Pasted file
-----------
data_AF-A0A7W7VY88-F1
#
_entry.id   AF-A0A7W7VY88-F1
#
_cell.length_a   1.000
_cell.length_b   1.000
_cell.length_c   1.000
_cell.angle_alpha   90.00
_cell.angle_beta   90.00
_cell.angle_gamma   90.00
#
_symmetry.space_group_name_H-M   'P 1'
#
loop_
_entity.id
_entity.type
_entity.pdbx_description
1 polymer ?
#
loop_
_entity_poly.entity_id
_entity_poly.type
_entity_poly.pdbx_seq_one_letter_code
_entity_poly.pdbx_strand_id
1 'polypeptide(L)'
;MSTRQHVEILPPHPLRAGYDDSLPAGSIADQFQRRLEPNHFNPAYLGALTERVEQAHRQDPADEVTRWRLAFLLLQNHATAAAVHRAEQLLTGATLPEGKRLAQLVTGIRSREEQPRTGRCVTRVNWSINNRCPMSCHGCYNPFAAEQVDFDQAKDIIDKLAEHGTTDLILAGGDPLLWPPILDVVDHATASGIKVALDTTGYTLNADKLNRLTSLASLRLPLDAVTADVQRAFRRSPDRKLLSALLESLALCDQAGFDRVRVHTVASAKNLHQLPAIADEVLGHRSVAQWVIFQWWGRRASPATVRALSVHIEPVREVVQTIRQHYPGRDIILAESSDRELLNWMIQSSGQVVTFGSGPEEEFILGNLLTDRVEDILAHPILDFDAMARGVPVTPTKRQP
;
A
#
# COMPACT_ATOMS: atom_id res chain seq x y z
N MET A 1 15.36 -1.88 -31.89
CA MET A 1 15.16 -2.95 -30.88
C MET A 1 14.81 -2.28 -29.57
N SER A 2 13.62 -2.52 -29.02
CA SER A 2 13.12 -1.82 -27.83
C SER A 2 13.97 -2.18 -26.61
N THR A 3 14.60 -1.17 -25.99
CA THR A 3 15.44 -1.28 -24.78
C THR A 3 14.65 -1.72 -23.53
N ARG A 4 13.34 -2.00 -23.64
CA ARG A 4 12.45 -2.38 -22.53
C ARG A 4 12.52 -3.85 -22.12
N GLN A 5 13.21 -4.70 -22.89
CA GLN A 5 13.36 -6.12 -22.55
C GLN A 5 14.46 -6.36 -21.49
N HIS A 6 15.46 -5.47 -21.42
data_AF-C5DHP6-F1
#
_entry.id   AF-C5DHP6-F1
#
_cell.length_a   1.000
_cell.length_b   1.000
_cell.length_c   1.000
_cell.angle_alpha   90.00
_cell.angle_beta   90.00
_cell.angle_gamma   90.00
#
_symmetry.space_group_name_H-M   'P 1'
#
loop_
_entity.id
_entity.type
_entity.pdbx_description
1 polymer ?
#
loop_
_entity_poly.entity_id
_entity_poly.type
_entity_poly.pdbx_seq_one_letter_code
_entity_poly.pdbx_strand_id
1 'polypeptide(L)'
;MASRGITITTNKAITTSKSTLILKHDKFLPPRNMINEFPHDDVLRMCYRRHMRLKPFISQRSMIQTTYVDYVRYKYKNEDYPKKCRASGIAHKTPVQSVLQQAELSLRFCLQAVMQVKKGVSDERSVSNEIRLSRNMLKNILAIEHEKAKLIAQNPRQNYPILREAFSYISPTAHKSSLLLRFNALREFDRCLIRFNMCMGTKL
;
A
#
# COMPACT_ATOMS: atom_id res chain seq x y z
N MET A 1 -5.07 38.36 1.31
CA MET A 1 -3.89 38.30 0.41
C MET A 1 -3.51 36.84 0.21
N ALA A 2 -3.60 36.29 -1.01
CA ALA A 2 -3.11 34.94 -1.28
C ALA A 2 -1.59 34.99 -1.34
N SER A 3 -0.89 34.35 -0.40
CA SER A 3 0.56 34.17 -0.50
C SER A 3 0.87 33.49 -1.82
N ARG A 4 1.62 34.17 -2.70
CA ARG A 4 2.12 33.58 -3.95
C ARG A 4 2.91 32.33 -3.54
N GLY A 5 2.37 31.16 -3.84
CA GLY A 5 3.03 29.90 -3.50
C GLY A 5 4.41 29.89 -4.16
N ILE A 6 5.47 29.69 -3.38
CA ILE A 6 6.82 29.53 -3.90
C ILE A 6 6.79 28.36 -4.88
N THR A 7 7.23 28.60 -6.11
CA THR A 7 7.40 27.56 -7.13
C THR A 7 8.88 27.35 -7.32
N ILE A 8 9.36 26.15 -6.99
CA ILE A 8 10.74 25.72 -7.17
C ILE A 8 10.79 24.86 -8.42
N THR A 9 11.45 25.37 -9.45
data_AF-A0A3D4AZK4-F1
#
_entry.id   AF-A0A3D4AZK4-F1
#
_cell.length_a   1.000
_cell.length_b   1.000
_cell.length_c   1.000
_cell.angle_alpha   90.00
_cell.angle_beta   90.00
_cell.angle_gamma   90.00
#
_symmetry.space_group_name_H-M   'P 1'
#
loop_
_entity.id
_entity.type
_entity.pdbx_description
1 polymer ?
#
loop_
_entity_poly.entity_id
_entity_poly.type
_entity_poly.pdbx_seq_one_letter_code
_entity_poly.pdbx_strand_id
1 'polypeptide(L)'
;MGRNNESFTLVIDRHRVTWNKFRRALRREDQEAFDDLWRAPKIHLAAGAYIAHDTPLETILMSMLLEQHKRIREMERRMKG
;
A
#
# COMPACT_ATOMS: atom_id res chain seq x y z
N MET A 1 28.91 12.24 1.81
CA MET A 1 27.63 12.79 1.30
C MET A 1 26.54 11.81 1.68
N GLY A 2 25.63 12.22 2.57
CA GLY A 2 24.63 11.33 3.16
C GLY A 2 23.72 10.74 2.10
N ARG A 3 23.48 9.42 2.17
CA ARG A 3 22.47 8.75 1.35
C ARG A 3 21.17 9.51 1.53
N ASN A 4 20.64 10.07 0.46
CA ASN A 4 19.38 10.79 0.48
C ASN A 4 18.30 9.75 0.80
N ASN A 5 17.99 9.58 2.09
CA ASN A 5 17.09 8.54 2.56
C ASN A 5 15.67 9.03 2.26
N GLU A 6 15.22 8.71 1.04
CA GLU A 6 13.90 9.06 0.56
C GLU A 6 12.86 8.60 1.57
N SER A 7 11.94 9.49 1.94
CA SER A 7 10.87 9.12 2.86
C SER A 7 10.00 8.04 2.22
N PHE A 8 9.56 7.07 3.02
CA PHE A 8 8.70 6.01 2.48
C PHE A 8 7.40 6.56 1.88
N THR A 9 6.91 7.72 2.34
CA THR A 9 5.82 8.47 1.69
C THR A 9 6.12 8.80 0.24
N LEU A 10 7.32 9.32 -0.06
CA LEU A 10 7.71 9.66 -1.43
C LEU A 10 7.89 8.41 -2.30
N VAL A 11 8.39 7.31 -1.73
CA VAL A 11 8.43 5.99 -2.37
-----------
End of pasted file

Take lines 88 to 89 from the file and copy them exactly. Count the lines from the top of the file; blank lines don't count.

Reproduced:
C ARG A 4 2.91 32.33 -3.54
N GLY A 5 2.37 31.16 -3.84